Today, 20-year-old Precious is working hard to pursue her degree in linguistics at the University of California Los Angeles (UCLA). The former foster youth, who grew up in San Bernardino County and was placed in foster care at the age of 12, was ultimately reunified with her family–a fact which doesn’t happen often. In her own words, Precious recounts her experience.
I grew up in a house with seven other children who were white, Mexican, black and multi-racial. The leader of our family was Mama, a single adoptive mother to all eight of us: my three brothers, my four sisters and me. We had a beautiful life. Every morning, Mama would call out each of our names to let us know breakfast was ready.
“Kristal! Debra! Keenan! Tyrone! Charlie! Precious! Evangelina! Sonya!,” Mama would shout. We wasted no time in devouring those grits, eggs and toast.
The constant noise of my home was like a lullaby to me. I loved our pool and slide in the backyard. I loved the big trees and mountains that seemed just a block away. Our family outings to baseball games, rodeos and pow-wows filled our picture albums on the walls and tabletops. We used to have Western movie nights on Mama’s bedroom floor, where we watched old movies with John Wayne. I remember wondering why life on television was black and white back in those days.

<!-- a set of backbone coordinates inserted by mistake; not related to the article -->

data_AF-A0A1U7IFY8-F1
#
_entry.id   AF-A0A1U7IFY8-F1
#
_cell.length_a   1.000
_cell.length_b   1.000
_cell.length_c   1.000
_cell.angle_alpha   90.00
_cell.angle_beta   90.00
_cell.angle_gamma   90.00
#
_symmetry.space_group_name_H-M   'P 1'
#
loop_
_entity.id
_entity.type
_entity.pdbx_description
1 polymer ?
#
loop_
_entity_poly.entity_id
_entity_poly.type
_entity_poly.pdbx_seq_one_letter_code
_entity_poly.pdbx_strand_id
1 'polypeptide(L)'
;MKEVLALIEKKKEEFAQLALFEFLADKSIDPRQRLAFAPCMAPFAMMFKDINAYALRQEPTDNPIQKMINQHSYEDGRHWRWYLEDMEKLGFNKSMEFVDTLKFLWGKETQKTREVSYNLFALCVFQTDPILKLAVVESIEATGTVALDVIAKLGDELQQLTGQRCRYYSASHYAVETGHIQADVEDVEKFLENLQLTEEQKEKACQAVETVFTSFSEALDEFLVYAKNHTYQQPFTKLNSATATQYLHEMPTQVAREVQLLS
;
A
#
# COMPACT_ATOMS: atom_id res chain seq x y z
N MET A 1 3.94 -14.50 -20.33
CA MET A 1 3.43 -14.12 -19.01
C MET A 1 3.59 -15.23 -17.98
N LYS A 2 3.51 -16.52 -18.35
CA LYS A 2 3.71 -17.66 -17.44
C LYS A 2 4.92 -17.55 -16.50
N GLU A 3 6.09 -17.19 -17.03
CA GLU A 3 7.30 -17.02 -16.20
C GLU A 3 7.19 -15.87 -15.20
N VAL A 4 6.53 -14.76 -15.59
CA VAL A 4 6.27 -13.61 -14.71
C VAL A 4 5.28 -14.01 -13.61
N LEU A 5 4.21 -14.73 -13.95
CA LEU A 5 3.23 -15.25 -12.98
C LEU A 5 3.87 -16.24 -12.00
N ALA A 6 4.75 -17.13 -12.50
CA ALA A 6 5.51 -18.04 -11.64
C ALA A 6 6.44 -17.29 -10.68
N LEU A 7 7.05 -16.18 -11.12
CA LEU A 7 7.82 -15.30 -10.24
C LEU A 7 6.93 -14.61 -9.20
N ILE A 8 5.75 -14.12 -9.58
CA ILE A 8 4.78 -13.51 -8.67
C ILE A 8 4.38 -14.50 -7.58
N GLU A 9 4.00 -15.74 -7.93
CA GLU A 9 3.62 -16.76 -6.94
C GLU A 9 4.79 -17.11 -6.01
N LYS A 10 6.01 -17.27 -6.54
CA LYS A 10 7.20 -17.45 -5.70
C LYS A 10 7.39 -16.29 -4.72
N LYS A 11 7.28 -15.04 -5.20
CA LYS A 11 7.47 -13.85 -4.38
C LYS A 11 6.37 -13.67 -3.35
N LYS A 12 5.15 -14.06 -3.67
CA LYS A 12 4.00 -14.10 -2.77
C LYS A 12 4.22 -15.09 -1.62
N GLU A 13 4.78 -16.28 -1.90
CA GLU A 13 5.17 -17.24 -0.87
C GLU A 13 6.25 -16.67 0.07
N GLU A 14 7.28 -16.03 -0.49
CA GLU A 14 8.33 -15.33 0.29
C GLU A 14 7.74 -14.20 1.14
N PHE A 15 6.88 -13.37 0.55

I was 12 years old when my seven siblings and I were removed from Mama’s home after one of my adoptive sisters accused my mom’s biological son of molestation.
A social worker asked the rest of us if we had ever been touched inappropriately, and I shook my head no. But four hours later, after questioning Mama and her son in the yard, the social workers came and took us away.
Angry that the social workers were not listening to me, I cried, screamed and kicked while Mama cried, “I’ll get you back!”
The first few months I spent in foster care felt like lonely, torturous years.
Initially, my sister Evangelina and I were sent to live with an older couple, probably in their 60s. Their house didn’t feel like a home. The couple didn’t socialize with us unless we were sitting at the dinner table, and we were only ever allowed to be in the living room or in our bedroom. The woman didn’t know how to comb, wash, braid or twist my hair like Mama did. So I wore two big, messy, boring pig-tails on the top of my head at school.